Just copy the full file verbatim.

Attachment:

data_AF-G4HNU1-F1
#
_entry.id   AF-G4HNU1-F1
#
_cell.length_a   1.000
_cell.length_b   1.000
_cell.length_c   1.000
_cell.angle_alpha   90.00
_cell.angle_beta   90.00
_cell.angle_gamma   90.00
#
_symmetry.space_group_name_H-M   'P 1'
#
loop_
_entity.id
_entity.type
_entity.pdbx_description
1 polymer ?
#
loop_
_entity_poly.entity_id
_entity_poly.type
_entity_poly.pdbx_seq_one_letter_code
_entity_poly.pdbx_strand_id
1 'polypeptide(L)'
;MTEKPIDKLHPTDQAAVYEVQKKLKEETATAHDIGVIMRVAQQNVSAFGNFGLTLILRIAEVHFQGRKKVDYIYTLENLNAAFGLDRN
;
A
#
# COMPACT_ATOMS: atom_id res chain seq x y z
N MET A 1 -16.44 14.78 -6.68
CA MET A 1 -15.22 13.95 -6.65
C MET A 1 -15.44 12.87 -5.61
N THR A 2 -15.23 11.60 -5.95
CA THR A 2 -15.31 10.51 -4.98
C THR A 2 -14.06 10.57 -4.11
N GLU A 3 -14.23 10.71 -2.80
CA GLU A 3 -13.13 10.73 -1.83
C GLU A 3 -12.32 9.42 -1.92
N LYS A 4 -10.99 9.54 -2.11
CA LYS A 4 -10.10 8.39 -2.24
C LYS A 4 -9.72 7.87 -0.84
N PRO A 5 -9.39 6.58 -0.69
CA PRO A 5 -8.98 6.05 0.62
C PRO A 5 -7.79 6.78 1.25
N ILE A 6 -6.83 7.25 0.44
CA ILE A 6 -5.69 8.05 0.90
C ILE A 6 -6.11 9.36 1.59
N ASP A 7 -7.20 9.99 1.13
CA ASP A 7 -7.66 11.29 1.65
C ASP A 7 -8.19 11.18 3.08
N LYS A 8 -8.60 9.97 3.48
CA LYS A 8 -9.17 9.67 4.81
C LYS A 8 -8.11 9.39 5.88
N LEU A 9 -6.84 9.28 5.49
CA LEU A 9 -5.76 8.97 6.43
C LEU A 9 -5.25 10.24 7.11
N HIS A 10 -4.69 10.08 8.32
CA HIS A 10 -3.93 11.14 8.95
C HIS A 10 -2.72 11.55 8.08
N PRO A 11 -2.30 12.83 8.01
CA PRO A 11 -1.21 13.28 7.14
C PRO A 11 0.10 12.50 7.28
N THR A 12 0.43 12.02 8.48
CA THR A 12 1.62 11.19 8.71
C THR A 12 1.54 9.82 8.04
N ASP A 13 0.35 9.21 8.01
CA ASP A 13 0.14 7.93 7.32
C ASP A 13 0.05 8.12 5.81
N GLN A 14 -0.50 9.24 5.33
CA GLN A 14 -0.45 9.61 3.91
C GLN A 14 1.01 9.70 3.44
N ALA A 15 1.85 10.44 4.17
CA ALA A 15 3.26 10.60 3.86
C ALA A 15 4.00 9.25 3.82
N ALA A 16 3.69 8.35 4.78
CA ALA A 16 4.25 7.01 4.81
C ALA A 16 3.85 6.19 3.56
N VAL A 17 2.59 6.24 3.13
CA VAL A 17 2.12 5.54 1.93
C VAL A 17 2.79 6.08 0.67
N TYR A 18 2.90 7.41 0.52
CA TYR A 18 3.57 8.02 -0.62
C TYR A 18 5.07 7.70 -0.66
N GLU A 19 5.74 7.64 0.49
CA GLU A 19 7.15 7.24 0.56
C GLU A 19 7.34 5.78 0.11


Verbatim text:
data_AF-G4HNU1-F1
#
_entry.id   AF-G4HNU1-F1
#
_cell.length_a   1.000
_cell.length_b   1.000
_cell.length_c   1.000
_cell.angle_alpha   90.00
_cell.angle_beta   90.00
_cell.angle_gamma   90.00
#
_symmetry.space_group_name_H-M   'P 1'
#
loop_
_entity.id
_entity.type
_entity.pdbx_description
1 polymer ?
#
loop_
_entity_poly.entity_id
_entity_poly.type
_entity_poly.pdbx_seq_one_letter_code
_entity_poly.pdbx_strand_id
1 'polypeptide(L)'
;MTEKPIDKLHPTDQAAVYEVQKKLKEETATAHDIGVIMRVAQQNVSAFGNFGLTLILRIAEVHFQGRKKVDYIYTLENLNAAFGLDRN
;
A
#
# COMPACT_ATOMS: atom_id res chain seq x y z
N MET A 1 -16.44 14.78 -6.68
CA MET A 1 -15.22 13.95 -6.65
C MET A 1 -15.44 12.87 -5.61
N THR A 2 -15.23 11.60 -5.95
CA THR A 2 -15.31 10.51 -4.98
C THR A 2 -14.06 10.57 -4.11
N GLU A 3 -14.23 10.71 -2.80
CA GLU A 3 -13.13 10.73 -1.83
C GLU A 3 -12.32 9.42 -1.92
N LYS A 4 -10.99 9.54 -2.11
CA LYS A 4 -10.10 8.39 -2.24
C LYS A 4 -9.72 7.87 -0.84
N PRO A 5 -9.39 6.58 -0.69
CA PRO A 5 -8.98 6.05 0.62
C PRO A 5 -7.79 6.78 1.25
N ILE A 6 -6.83 7.25 0.44
CA ILE A 6 -5.69 8.05 0.90
C ILE A 6 -6.11 9.36 1.59
N ASP A 7 -7.20 9.99 1.13
CA ASP A 7 -7.66 11.29 1.65
C ASP A 7 -8.19 11.18 3.08
N LYS A 8 -8.60 9.97 3.48
CA LYS A 8 -9.17 9.67 4.81
C LYS A 8 -8.11 9.39 5.88
N LEU A 9 -6.84 9.28 5.49
CA LEU A 9 -5.76 8.97 6.43
C LEU A 9 -5.25 10.24 7.11
N HIS A 10 -4.69 10.08 8.32
CA HIS A 10 -3.93 11.14 8.95
C HIS A 10 -2.72 11.55 8.08
N PRO A 11 -2.30 12.83 8.01
CA PRO A 11 -1.21 13.28 7.14
C PRO A 11 0.10 12.50 7.28
N THR A 12 0.43 12.02 8.48
CA THR A 12 1.62 11.19 8.71
C THR A 12 1.54 9.82 8.04
N ASP A 13 0.35 9.21 8.01
CA ASP A 13 0.14 7.93 7.32
C ASP A 13 0.05 8.12 5.81
N GLN A 14 -0.50 9.24 5.33
CA GLN A 14 -0.45 9.61 3.91
C GLN A 14 1.01 9.70 3.44
N ALA A 15 1.85 10.44 4.17
CA ALA A 15 3.26 10.60 3.86
C ALA A 15 4.00 9.25 3.82
N ALA A 16 3.69 8.35 4.78
CA ALA A 16 4.25 7.01 4.81
C ALA A 16 3.85 6.19 3.56
N VAL A 17 2.59 6.24 3.13
CA VAL A 17 2.12 5.54 1.93
C VAL A 17 2.79 6.08 0.67
N TYR A 18 2.90 7.41 0.52
CA TYR A 18 3.57 8.02 -0.62
C TYR A 18 5.07 7.70 -0.66
N GLU A 19 5.74 7.64 0.49
CA GLU A 19 7.15 7.24 0.56
C GLU A 19 7.34 5.78 0.11